There is something special about Sunday morning, the Sunday Times, hot croissants with honey and butter, excellent. Headlines, Whitehall plans a euro evacuation in the event of a collapse of the banking system. Yeah – The ATMs are going out …
The claimant count gives cause for greater alarm. The unemployment measure provides a valuable signal as a coincident indicator to trends in GDP. As the chart demonstrates, inverting the claimant count and lagging by one quarter provides a high correlation and signal of trend. If the claimant count increases at a similar rate over the third quarter, the message is clear, growth is off track, the recovery is slipping away and the UK is heading back into recession.
According to the ONS in Q4 there was too much snow, in January not enough snow, April was too warm and the bank holidays and the Royal Wedding hit the growth figures in the second quarter. Heaven knows what would have happened to GDP if it had snowed on the day of the Royal Wedding.
Household goods store volumes were down by 3.7% but non store retail sales particularly on line internet sales were up by 24%. Retail is facing a “disruptive” challenge from the swing to more “clicks than bricks” in consumer buying patterns. Internet retail sales volumes accounted 9.9% of all transactions compared to 6.8% in June last year.
The message from the latest unemployment data is very worrying, growth year on year could be at best flat or even negative in the second quarter. The latest NIESR estimate suggests growth on the second quarter is just 0.8% year on year. This looks to be too optimistic. The preliminary estimate of GDP is released later this month. It could look horrible. Our forecast for growth in the year will be downgraded yet again in the Q3 review. There may be no rush to put up interest rates this year. Real incomes are under severe pressure. Is government policy grinding growth out.
The manufacturing figures for March were released this week. After growth of 6.6% in January and 5.0% in February manufacturing growth was just 2.7% in March. In the month capital goods and engineering were up 7%, metal bashers were up by 4% but consumer durables were down by 3%. So is the manufacturing miracle over? What will happen to growth this year? Let’s face it, the growth in manufacturing is not evidence or a “rebalancing” of the economy, it is more like evidence of a hit and run victim regaining consciousness. It’s a recovery not a manufacturing miracle.
The seasonally adjusted value of retail sales in January 2011 rose by 8.2 per cent compared with January 2010 and the seasonally adjusted volume of retail sales in January 2011 rose by 5.3 compared with January 2010. It’s a retail boom or is it? What is happening to food? Britain isn’t eating according to the official figures. Consumers having emptied the freezer in December must have started eating each other in January as sales fell by a further 2.7%. I love data and I love the ONS but something is happening to the numbers. Can it be that more and more food sales are going on line.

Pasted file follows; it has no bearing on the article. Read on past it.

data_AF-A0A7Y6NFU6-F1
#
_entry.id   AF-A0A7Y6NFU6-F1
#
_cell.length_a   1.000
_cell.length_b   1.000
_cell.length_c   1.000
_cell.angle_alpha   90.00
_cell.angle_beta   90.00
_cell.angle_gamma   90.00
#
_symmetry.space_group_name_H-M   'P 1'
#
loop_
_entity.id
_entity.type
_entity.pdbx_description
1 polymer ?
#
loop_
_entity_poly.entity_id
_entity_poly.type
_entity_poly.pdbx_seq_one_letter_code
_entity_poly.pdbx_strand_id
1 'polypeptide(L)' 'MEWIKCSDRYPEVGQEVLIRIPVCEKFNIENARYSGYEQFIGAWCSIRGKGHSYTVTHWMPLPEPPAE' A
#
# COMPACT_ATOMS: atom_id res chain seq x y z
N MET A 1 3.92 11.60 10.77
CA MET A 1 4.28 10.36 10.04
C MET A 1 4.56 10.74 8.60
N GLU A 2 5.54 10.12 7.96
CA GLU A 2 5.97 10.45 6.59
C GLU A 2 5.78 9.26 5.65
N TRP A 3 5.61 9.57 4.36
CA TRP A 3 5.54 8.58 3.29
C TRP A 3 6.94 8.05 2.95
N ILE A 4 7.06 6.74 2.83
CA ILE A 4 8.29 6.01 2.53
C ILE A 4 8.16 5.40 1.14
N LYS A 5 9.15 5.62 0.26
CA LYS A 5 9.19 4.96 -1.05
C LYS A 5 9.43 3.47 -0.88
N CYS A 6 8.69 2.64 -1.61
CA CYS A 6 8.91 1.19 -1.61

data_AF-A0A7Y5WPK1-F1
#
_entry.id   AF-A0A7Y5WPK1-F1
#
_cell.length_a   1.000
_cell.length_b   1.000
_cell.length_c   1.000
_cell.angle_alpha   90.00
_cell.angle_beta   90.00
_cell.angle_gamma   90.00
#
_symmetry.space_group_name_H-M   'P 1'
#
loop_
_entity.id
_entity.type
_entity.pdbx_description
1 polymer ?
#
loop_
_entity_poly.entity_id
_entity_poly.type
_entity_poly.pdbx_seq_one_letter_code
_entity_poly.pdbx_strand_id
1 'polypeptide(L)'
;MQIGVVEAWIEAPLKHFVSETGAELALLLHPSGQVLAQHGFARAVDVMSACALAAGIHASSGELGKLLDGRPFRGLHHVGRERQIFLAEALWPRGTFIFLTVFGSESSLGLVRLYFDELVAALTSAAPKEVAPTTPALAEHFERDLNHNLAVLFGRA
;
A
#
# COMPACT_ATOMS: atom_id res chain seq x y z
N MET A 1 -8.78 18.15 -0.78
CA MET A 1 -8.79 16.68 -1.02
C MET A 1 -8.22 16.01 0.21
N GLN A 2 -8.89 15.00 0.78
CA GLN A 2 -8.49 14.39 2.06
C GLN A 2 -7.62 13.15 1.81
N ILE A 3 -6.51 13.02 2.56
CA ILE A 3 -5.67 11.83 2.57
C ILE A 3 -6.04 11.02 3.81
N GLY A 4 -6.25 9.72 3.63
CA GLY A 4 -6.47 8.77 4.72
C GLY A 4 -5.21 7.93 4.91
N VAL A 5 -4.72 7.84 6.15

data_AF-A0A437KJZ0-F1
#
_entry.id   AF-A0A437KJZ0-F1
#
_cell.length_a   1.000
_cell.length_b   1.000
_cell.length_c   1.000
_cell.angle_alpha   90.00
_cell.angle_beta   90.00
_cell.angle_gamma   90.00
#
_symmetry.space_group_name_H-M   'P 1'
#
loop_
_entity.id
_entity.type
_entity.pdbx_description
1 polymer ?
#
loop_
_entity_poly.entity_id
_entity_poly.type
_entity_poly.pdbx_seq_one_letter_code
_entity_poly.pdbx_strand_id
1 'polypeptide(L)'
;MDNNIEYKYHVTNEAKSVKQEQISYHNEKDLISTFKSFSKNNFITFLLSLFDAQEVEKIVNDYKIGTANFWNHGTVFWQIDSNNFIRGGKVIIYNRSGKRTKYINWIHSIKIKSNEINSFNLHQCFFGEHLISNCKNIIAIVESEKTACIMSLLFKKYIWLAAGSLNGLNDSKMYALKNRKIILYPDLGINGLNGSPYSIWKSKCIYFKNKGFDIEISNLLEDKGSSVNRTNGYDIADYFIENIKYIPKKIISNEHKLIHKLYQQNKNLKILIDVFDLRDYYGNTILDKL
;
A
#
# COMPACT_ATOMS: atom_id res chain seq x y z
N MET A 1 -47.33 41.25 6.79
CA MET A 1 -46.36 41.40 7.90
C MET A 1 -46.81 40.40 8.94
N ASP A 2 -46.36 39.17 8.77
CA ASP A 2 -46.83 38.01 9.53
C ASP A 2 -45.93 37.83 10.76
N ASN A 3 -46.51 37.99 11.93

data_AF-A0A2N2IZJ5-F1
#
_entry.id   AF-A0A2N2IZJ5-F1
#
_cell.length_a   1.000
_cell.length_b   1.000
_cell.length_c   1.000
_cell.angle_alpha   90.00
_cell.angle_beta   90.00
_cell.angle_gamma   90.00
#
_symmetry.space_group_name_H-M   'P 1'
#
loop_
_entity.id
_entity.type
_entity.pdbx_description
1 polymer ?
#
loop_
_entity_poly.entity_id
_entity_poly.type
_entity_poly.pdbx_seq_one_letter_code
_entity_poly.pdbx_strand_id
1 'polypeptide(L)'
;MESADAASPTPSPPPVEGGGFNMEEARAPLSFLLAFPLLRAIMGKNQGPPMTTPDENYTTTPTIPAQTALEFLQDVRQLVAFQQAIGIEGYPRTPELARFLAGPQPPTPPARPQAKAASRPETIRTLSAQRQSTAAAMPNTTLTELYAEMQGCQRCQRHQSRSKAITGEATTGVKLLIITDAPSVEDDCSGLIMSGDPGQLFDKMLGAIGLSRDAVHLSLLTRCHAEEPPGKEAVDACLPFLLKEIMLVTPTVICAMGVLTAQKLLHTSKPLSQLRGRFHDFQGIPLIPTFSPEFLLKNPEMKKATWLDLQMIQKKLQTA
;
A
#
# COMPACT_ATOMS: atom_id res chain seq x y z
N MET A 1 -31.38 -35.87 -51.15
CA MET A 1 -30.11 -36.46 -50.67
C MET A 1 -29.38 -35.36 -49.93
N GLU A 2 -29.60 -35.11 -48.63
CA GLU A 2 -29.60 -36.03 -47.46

The ONS estimates for GDP growth came as something of a surprise for the final quarter of 2010 with q on q growth down by 0.5%. Even more disturbing was the sight of the Chancellor of the Exchequer explaining how snow had derailed the economic recovery in the final month of the year.
Retailers suffer worst December on record according to the Daily Telegraph as the retail sales figures for December were released by the Office of National Statistics. “British retail sales suffered their worst December on record as retailers battled with Arctic weather conditions and shoppers shunned higher prices.”
But food, what happened to food. Let them eat flake, or snowflakes presumably as food sales fell by 3.4% compared to December last year. That is the equivalent of one days destocking from the freezer as supplies came under pressure from families housebound. It is going to be a tough year ahead for retail, especially in household goods, retail sales were flat in December but the food figures should be taken with a pinch of salt.
According to latest data from the Office of National Statistics, the UK economy grew by 0.3% in the first quarter, up from an initial estimate of 0.2 per cent, slightly slower than the 0.4pc in the fourth quarter of 2009. What does this actually mean? The figures are in line with a recovery pattern suggesting the UK will emerge from recession in the second quarter of 2010 based on a technical year on year quarter growth definition.